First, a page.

Neutrons Knock at the Cosmic Door

Figure 1 (Left) Neutron mirror apparatus. An ultracold neutron (UCN) enters a space between two mirrors that act as potential wells, giving rise to a discrete energy spectrum. A detector measures neutrons exiting the cavity formed by the mirrors. The bottom mirror sits upon a nanopositioning table that induces a vertical oscillation that produces dips in the neutron transmission at the resonances. (Right) Energy-level diagram for the neutrons in a gravitational field caught between the walls, which oscillate owing to the mirror motion (horizontal direction here is vertical in the apparatus). This, in turn, causes the neutrons to move up and down energy levels. A measurement of the energy-level spacing yields constraints on parameters of scenarios describing dark energy and dark matter, which would slightly shift the levels as indicated by the dashed lines.

Figure 1 (Left) Neutron mirror apparatus. An ultracold neutron (UCN) enters a space between two mirrors that act as potential wells, giving rise to a discrete energy spectrum. A detector measures neutrons exiting the cavity formed by the mirrors. The bottom mirror sits upon a nanopositioning table that induces a vertical oscillation that produces dips in the neutron transmission at the resonances. (Right) Energy-level diagram for the neutrons in a gravitational field caught between the walls, which oscillate owing to the mirror motion (horizontal direction here is vertical in the apparatus). This, in turn, causes the neutrons to move up and down energy levels. A measurement of the energy-level spacing yields constraints on parameters of scenarios describing dark energy and dark matter, which would slightly shift the levels as indicated by the dashed lines.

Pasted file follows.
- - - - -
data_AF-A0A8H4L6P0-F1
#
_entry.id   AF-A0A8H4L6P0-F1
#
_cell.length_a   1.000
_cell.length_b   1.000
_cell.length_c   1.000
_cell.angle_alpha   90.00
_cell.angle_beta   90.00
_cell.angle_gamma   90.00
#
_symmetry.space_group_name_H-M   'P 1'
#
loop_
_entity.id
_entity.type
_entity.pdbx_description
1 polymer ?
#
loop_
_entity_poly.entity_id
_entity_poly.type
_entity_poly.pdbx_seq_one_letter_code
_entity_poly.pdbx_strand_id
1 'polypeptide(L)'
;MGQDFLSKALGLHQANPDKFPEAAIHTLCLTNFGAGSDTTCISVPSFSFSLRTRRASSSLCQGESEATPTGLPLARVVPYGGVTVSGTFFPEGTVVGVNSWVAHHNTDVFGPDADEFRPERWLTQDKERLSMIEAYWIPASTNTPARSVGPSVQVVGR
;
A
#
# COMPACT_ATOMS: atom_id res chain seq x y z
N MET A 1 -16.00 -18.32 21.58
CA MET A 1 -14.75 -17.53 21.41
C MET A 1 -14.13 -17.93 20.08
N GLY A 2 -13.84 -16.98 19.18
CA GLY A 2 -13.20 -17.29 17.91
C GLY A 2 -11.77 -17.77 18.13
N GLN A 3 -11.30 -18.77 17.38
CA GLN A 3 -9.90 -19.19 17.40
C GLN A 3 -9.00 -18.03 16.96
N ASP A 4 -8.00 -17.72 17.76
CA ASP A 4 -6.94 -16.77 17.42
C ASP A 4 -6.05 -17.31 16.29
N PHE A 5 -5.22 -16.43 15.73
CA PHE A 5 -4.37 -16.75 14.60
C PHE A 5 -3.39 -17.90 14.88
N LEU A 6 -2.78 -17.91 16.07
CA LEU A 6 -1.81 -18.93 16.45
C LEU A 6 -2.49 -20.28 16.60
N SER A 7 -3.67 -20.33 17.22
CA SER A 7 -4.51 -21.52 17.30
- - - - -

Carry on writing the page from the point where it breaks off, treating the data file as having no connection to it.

Wolfgang P. Schleich, Ernst Raselhttp://physics.aps.org/articles/v7/39

The quantum behavior of a neutron bouncing in the gravitational field of the Earth can improve what we know about dark energy and dark matter.

Spectroscopy has always set the pace of physics. Indeed, the observation of the Balmer series of the hydrogen atom led to the Bohr-Sommerfeld model about 100 years ago. A little later the discreteness of the spectrum moved Werner Heisenberg to develop matrix mechanics and Erwin Schrödinger to formulate wave mechanics. In 1947, the observation of a level shift in hydrogen by Willis E. Lamb ushered in quantum electrodynamics.

Now, a group led by Hartmut Abele of the Technical University of Vienna, Austria, reports, in Physical Review Letters [1] [http://arxiv-web3.library.cornell.edu/abs/1404.4099], experiments that once more take advantage of the unique features of spectroscopy to put constraints on dark energy and dark matter scenarios. However, this time it is not a “real atom” (consisting of an electron bound to a proton) that provides the insight. Instead, the research team observes an “artificial atom”—a neutron bouncing up and down in the attractive gravitational field of the Earth (Fig. 1). This motion is quantized, and the measurement of the separation of the corresponding energy levels allows these authors to make conclusions about Newton’s inverse square law of gravity at short distances.